Image: Vinni/Flickr

A newly release national survey reveals that Americans drink a boatload of sugary drinks. I know, shocking news. None the less, here are some of the key findings from the National Health and Nutrition Examination Survey:

SEX: Males consume more sugar drinks than females.

AGE:  Teenagers and young adults consume more sugar drinks than other age groups.

RACE:  Black children and adolescents consume more sugar drinks in relation to their overall diet than their Mexican-American counterparts. Black and Mexican-American adults consume more than white adults.

INCOME: Low-income persons consume more sugar drinks in relation to their overall diet than those with higher income.

LOCATION: Most of the sugar drinks were consumed away from home are obtained from stores and not restaurants or schools.

The other major finding is that approximately half of the US population consumes sugar drinks on any given day. At first, I was actually surprised as I thought that number seemed low. Then I read the definition of  what was and was not considered a “sugar drink:”

“…sugar drinks include fruit drinks, sodas, energy drinks, sports drinks, and sweetened bottled waters…Sugar drinks do not include diet drinks, 100% fruit juice, sweetened teas, and flavored milks.”

It seems crazy to me that they did not include sweetened tea or flavored milk since both have ADDED sugars. And what about diet drinks? I’ve noticed they are always excluded from studies on regular soda consumption. I want to see data on all forms of soda with any ADDED sweetener. While I’m not a proponent of drinking fruit juice, at least there is no added sugar. If you include diet drinks, flavored milk (can’t you hear Jamie Oliver’s voice now?), etc. how high does that 50% number climb? Are 75% of the US population drinking sweetened beverages daily? Maybe even 90%?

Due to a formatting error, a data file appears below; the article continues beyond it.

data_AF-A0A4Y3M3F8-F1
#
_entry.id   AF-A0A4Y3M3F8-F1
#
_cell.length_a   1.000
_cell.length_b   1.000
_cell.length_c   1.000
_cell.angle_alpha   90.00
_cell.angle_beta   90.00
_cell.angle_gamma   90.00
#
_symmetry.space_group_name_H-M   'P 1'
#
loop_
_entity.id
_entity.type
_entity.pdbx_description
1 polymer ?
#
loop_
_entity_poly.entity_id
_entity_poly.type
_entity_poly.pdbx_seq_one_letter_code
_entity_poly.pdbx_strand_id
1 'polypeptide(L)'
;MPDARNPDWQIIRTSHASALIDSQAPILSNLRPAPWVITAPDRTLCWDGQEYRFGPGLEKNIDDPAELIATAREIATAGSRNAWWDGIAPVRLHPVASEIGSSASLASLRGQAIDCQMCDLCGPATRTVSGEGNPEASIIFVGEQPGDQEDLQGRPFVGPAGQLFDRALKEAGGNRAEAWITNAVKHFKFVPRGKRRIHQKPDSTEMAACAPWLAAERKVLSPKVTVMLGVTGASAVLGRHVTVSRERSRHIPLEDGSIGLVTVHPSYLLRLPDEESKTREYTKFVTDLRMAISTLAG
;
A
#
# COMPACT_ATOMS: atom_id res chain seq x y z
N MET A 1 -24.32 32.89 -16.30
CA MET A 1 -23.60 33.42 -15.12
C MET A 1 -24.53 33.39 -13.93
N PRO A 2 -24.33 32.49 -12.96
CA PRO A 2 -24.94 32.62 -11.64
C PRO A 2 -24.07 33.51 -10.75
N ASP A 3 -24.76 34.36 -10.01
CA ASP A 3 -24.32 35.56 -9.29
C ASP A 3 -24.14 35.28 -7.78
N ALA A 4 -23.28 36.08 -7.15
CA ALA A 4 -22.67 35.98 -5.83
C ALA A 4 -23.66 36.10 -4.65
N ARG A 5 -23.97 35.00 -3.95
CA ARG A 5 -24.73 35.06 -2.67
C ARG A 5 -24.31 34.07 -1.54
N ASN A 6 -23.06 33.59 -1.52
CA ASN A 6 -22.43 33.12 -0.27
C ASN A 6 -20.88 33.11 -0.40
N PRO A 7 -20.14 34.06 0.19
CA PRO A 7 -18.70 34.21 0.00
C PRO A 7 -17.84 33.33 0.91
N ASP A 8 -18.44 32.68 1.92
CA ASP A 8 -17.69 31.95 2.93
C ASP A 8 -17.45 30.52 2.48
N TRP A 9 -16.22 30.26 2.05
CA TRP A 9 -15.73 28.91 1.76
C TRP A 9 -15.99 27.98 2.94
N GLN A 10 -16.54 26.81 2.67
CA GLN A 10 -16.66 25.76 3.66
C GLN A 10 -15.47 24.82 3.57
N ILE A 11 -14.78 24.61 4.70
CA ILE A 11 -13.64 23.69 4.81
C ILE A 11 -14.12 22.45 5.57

When something like 10% of our daily calories come from sugary beverages (not to mention all the accompanying caffeine, artificial colorings, and preservatives) you can start to see where some of our health problems come from. Do yourself a favor and make the commitment to switch to plain old water.  If you want something refreshing, add ice and a twist of real lemon. Start looking at sodas and fruit drinks as dessert, because that is essentially what they are (without all the fun of chocolate!).  And no, water with added “flavor crystals” or foofy pink granules that turn your water into pomegranate lemonade or ocean splash (what is that??) doesn’t count. Just water. I know, it’s tough, but it is one of the best dietary changes you can make for yourself.

Read the full report here: Consumption of Sugar Drinks in the United States, 2005-2008